Same Sex Marriage: forbidden in Jamaica:
Jamaica is a small country located in the Caribbean directly South of Florida and Cuba.
Many Jamaicans identify as Christian and claim that their anti-gay beliefs are based on religious grounds.
1864: The Jamaican "Offences Against the Person Act" considers "buggery" (anal-intercourse), or "bestiality" (sex between a man and animal), to be crimes that are punishable by imprisonment for up to ten years, with hard labor. The law is still on the books, but is no longer enforced. It is being repealed. Sexual intercourse between two women has been, and remains, legal.
1962-JUL: Jamaica was the first country in the world to place a ban on same-sex marriage into their Constitution. This was done 39 years before the Netherlands became the first country in the world to legalize same-sex marriage.
2001: A poll found that 96 percent of Jamaicans were opposed to any legislation that would legalise homosexual relations.
2004: The Civil Service Staff Orders of 2004 protect Jamaican civil servants from discrimination on the grounds of sexual orientation.
According to the Inter-American Commission on Human Rights, Jamaica has "no law which prevents discrimination against an individual on the basis of his or her or their sexual orientation, gender identity, or gender expression. There is no legislation addressing hate crimes in Jamaica."
2005: The European Parliament in 2005 passed a resolution calling on Jamaica to repeal its "antiquated and discriminatory sodomy laws and to actively combat widespread homophobia."
e Magazine called Jamaica "the most homophobic place on Earth." This comment is still widely known.
2009: Ernest Smith, a Labour Party member of Parliament, stated during a parliamentary debate that "homosexual activities seem to have taken over" Jamaica. He described homosexuals as "abusive" and "violent", and called for a stricter law outlawing homosexual conduct between men that would impose sentences of up to life in prison
2012: The federal government said that it : "... is committed to the equal and fair treatment of its citizens, and affirms that any individual whose rights are alleged to have been infringed has a right to seek redress."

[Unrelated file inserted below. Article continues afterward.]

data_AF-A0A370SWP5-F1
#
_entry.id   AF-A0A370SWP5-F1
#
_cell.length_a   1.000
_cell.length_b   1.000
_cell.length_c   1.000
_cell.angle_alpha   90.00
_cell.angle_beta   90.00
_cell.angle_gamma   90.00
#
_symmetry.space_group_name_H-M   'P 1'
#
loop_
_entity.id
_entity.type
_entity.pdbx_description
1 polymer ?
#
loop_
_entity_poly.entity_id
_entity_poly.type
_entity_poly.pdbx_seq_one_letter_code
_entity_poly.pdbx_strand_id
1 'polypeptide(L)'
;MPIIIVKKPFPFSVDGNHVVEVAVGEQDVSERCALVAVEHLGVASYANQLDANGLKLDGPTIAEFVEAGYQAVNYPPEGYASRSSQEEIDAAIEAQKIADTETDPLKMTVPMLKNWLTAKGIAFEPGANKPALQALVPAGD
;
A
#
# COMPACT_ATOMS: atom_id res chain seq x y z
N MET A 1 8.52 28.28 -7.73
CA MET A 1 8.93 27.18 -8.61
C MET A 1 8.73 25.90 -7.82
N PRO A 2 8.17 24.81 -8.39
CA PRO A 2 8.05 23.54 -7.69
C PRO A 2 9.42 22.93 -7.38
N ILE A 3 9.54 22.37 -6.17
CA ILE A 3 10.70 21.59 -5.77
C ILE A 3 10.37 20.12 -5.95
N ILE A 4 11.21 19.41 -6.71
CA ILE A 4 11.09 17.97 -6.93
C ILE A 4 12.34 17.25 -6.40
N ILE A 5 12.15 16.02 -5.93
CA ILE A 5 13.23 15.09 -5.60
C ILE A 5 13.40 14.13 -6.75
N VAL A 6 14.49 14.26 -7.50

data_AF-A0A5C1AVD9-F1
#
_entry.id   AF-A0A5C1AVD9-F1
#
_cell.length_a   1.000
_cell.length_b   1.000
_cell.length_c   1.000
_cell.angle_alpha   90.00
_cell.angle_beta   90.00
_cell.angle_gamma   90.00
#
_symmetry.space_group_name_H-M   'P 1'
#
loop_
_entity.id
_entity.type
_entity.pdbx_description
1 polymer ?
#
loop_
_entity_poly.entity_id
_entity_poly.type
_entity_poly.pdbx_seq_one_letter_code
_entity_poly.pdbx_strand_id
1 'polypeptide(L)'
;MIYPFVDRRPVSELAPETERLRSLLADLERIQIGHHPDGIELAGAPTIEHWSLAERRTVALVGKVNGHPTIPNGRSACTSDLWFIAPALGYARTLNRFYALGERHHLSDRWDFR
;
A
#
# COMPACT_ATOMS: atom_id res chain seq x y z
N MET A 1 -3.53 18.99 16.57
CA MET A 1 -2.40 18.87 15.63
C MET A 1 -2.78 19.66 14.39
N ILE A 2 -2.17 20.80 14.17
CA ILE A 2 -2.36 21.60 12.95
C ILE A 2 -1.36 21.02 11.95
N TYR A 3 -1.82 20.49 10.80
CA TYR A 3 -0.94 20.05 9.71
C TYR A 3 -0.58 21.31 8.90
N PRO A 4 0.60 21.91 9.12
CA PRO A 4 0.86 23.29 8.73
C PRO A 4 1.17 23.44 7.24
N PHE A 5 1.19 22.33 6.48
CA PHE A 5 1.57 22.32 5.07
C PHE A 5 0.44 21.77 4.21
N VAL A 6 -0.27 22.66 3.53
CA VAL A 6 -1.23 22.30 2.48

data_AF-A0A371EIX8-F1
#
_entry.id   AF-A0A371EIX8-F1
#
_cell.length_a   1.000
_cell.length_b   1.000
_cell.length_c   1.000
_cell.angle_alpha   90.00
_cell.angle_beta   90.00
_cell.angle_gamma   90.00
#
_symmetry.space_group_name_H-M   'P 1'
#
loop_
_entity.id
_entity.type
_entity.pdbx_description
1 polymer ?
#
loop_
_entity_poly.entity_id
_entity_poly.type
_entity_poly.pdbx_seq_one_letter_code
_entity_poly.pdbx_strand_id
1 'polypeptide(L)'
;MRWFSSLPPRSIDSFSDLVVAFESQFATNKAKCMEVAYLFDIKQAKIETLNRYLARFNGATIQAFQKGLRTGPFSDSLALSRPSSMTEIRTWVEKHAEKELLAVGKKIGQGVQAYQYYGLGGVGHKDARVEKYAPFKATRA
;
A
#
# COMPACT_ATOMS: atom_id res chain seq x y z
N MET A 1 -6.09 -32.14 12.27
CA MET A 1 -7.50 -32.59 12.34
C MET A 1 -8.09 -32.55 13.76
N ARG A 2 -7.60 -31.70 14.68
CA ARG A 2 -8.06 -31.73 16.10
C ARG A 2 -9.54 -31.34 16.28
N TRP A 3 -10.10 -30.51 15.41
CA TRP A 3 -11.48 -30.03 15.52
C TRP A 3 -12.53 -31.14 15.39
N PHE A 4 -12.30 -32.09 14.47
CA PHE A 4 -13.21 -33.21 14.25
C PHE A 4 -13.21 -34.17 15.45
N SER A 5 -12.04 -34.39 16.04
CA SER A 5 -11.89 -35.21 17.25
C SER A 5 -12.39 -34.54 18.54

The government also claimed, accurately, that "there is no legal discrimination against persons on the grounds of their sexual orientation." However, sexual activity between men is still a crime under the Act of 1864 that is still on the books.
The Inter-American Commission on Human Rights in 2012 said that "discrimination based on sexual orientation, gender identity, and gender expression is widespread throughout Jamaica, and ... discrimination against those in the lesbian, gay, bisexual, trans, and intersex ... communities is entrenched in Jamaican State institutions. Those who are not heterosexual or cisgender face political and legal stigmatisation, police violence, an inability to access the justice system, as well as intimidation, violence, and pressure in their homes and communities."
2013: The Human Rights Watch conducted a survey of 71 LGBT Jamaicans and found that a majority of them had been victims of homophobic violence. Non-violent discrimination was even more pervasive.
2015: The first gay pride event in Jamaica occurred when 15 LGBT individuals met in Kingston's Emancipation Park. It was organized by JFLAG and is known as PRIDEJA, the Jamaica Forum for Lesbians, All-Sexuals and Gays. It is now a week-long event used to highlight the island's efforts to tackle discrimination and hate against the LGBT community. Kingston's mayor and the Jamaican Justice Minister have publicly supported the week-long pride activities
2017: The gay pride week celebrations have continued and have expanded to include 1,200 people in 2017.
2018: The UK newspaper, "The Guardian" said that Jamaica was "no longer 'the most homophobic place on Earth" It is "... increasingly adopting a more liberal outlook."
2019: The leaders of the two largest political parties in Jamaica --Prime Minister Andrew Holness of the Jamaica Labour Party, and Peter Phillips, the leader of the opposition People's National Party stated their opposition to the legalization of same-sex marriage within the country.
Two gays, Gareth Henry and Simone Edwards, had launched a human rights case with the Inter-American Commission on Human Rights durng 2012. The two argued that the law against “buggery” and "gross indecency" – originally imposed by the British colonial administration in the nineteenth century – violate their rights and legitimize violence towards the LGBT community in Jamaica. Both had been forced to flee Jamaica following violent personal attacks. The Commission's ruling in their favor on 2019-SEP sets a precedent for LGBT rights across the Caribbean and is the commission’s first finding that laws that criminalize LGBT people violate international law.
Téa Braun, the director of the Human Dignity Trust, who represented Henry and Edwards, said it was a major victory. She said.